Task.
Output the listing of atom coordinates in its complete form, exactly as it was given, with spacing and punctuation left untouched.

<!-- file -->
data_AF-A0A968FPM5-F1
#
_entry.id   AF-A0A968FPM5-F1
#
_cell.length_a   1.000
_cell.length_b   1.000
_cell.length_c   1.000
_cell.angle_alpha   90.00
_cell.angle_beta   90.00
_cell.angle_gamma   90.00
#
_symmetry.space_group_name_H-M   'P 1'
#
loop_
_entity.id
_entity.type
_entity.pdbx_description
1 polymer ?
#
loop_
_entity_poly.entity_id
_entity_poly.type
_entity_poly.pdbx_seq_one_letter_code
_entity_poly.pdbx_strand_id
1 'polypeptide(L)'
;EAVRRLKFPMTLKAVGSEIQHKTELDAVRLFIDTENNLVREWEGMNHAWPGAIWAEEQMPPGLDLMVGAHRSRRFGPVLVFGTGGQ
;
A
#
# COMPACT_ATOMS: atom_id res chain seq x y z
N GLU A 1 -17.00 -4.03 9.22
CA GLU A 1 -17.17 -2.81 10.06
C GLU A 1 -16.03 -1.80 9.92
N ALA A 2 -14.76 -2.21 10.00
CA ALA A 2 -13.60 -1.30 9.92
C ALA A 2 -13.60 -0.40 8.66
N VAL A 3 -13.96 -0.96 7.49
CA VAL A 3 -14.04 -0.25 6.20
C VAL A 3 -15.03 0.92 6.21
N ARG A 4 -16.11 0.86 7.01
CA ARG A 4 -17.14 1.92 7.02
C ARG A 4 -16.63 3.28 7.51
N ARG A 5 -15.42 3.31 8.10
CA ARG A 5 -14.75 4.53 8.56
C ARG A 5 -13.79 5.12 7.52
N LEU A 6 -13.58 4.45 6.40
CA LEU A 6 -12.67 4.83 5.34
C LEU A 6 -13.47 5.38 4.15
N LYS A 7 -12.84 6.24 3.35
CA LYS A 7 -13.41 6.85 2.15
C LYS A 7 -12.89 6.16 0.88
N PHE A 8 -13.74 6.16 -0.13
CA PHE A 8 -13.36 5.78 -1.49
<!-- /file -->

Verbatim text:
data_AF-A0A968FPM5-F1
#
_entry.id   AF-A0A968FPM5-F1
#
_cell.length_a   1.000
_cell.length_b   1.000
_cell.length_c   1.000
_cell.angle_alpha   90.00
_cell.angle_beta   90.00
_cell.angle_gamma   90.00
#
_symmetry.space_group_name_H-M   'P 1'
#
loop_
_entity.id
_entity.type
_entity.pdbx_description
1 polymer ?
#
loop_
_entity_poly.entity_id
_entity_poly.type
_entity_poly.pdbx_seq_one_letter_code
_entity_poly.pdbx_strand_id
1 'polypeptide(L)'
;EAVRRLKFPMTLKAVGSEIQHKTELDAVRLFIDTENNLVREWEGMNHAWPGAIWAEEQMPPGLDLMVGAHRSRRFGPVLVFGTGGQ
;
A
#
# COMPACT_ATOMS: atom_id res chain seq x y z
N GLU A 1 -17.00 -4.03 9.22
CA GLU A 1 -17.17 -2.81 10.06
C GLU A 1 -16.03 -1.80 9.92
N ALA A 2 -14.76 -2.21 10.00
CA ALA A 2 -13.60 -1.30 9.92
C ALA A 2 -13.60 -0.40 8.66
N VAL A 3 -13.96 -0.96 7.49
CA VAL A 3 -14.04 -0.25 6.20
C VAL A 3 -15.03 0.92 6.21
N ARG A 4 -16.11 0.86 7.01
CA ARG A 4 -17.14 1.92 7.02
C ARG A 4 -16.63 3.28 7.51
N ARG A 5 -15.42 3.31 8.10
CA ARG A 5 -14.75 4.53 8.56
C ARG A 5 -13.79 5.12 7.52
N LEU A 6 -13.58 4.45 6.40
CA LEU A 6 -12.67 4.83 5.34
C LEU A 6 -13.47 5.38 4.15
N LYS A 7 -12.84 6.24 3.35
CA LYS A 7 -13.41 6.85 2.15
C LYS A 7 -12.89 6.16 0.88
N PHE A 8 -13.74 6.16 -0.13
CA PHE A 8 -13.36 5.78 -1.49